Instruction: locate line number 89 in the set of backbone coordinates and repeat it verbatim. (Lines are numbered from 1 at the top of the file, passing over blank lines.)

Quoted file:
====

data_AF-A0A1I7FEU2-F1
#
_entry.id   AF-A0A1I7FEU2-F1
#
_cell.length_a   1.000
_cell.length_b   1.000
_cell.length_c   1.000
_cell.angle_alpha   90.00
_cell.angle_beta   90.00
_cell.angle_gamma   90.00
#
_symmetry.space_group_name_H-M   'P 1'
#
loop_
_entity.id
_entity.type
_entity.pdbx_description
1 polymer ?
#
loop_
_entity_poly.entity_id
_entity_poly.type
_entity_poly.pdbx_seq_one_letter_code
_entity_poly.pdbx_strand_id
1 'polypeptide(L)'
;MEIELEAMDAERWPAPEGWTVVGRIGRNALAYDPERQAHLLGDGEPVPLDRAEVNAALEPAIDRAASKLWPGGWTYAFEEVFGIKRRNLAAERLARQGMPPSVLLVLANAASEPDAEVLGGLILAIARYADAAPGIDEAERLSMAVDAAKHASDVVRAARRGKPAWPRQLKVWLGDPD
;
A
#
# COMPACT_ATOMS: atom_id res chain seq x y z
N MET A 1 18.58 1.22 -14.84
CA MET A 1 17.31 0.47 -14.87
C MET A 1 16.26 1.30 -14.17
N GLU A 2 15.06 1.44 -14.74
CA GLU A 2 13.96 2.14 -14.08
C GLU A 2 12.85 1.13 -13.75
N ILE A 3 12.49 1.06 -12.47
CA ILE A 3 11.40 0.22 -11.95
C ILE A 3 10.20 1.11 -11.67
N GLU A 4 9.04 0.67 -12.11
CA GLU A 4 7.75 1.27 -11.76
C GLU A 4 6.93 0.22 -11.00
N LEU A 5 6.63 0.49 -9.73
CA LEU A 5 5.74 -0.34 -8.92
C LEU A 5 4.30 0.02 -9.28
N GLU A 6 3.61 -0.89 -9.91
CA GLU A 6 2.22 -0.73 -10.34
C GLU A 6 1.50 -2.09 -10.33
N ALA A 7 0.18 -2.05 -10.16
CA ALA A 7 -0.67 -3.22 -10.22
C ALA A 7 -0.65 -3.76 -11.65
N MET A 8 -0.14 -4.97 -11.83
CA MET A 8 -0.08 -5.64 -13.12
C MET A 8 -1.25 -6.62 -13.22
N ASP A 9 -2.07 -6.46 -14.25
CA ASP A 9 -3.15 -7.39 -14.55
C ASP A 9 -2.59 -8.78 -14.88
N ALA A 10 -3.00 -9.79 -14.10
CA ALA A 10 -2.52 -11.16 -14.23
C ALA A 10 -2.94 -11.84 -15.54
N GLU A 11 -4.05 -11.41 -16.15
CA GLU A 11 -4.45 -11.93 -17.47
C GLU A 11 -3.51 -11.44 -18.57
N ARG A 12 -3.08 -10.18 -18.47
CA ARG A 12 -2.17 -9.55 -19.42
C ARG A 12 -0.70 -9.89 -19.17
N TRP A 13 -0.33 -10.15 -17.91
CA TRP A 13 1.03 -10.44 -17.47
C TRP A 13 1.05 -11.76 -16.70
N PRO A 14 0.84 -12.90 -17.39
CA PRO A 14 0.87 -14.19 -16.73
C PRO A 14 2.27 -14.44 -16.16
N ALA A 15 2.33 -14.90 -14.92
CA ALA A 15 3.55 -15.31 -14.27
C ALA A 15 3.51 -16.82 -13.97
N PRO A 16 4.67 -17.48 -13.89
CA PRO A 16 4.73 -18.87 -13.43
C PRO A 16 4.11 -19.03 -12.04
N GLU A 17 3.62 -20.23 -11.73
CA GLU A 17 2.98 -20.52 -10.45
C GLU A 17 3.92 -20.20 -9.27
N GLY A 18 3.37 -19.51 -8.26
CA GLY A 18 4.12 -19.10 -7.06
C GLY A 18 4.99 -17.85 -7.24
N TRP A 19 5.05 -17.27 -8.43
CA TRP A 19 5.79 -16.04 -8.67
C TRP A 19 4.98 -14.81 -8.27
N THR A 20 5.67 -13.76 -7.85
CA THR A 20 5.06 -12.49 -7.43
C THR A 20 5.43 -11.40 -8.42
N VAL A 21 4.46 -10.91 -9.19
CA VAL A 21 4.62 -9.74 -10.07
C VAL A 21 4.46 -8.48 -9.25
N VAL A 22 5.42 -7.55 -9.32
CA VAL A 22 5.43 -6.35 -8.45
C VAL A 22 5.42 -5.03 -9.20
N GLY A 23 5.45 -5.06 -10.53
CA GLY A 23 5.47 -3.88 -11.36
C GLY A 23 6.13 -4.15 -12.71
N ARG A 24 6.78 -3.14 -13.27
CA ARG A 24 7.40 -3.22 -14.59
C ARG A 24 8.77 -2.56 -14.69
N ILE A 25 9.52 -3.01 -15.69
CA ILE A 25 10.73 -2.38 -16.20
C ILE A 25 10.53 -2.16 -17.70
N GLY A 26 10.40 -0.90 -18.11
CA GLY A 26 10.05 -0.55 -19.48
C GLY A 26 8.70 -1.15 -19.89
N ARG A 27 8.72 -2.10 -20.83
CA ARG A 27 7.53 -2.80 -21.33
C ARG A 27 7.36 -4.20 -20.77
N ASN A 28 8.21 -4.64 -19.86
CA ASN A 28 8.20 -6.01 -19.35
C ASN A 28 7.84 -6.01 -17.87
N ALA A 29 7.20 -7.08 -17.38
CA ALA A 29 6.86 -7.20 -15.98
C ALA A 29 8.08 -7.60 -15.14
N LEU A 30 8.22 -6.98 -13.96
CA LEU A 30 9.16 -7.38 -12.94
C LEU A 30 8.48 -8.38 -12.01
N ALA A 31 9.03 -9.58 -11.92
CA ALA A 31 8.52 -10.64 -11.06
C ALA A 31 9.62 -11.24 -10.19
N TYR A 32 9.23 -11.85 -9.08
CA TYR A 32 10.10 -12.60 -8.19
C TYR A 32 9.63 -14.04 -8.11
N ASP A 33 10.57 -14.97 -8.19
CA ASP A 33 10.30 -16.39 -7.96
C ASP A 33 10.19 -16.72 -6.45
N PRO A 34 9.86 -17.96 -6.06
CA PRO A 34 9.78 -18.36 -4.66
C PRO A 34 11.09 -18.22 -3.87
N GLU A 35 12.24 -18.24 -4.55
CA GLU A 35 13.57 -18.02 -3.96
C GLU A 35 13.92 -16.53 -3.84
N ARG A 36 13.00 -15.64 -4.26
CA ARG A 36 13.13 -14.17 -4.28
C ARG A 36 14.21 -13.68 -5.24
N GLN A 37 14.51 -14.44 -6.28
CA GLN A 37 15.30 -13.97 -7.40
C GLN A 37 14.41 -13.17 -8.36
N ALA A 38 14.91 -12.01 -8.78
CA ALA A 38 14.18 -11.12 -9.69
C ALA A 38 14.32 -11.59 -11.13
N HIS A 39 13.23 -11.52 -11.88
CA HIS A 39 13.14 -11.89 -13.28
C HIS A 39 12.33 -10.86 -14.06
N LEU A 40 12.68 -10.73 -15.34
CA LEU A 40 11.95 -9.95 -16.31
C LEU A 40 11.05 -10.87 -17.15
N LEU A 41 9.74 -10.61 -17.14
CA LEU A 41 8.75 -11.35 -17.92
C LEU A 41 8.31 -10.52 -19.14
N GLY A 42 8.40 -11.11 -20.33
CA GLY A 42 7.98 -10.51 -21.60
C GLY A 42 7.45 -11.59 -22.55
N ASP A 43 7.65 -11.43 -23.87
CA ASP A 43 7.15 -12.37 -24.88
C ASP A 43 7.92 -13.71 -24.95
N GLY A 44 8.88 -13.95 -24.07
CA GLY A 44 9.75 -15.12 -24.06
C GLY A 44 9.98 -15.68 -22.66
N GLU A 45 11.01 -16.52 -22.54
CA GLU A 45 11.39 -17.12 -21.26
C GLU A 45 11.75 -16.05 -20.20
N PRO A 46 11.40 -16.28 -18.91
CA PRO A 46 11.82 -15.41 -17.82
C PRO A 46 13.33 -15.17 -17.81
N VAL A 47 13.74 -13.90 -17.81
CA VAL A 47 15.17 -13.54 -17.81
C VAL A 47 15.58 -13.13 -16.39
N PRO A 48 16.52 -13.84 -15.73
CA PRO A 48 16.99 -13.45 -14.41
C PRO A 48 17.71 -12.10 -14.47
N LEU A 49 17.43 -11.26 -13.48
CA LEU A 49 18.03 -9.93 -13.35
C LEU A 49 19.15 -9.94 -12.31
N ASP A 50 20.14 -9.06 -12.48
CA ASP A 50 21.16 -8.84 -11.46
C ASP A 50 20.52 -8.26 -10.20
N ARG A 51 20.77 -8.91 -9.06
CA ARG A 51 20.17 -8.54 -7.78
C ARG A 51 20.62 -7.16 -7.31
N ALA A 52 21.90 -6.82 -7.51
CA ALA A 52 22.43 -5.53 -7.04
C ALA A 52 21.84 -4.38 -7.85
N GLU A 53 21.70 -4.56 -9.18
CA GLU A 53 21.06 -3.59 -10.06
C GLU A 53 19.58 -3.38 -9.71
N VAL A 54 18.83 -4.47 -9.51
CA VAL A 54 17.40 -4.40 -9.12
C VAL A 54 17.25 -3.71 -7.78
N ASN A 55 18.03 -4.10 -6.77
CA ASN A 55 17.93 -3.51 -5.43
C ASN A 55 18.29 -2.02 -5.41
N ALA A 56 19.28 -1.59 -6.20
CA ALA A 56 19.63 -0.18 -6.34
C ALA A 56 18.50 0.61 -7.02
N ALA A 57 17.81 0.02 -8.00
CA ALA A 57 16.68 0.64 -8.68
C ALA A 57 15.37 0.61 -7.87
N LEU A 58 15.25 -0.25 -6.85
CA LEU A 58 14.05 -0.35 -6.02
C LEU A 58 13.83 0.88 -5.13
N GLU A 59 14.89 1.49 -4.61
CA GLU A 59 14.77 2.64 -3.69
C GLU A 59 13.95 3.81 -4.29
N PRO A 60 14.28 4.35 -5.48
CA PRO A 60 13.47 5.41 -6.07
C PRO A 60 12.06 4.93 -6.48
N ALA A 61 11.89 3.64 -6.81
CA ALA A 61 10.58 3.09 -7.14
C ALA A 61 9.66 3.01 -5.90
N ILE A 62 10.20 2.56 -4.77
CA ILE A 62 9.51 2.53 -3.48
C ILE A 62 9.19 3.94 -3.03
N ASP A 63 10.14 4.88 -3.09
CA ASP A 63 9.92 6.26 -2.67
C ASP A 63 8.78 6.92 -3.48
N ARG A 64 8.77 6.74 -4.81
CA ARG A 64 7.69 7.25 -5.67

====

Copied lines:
CA THR A 20 5.06 -12.49 -7.43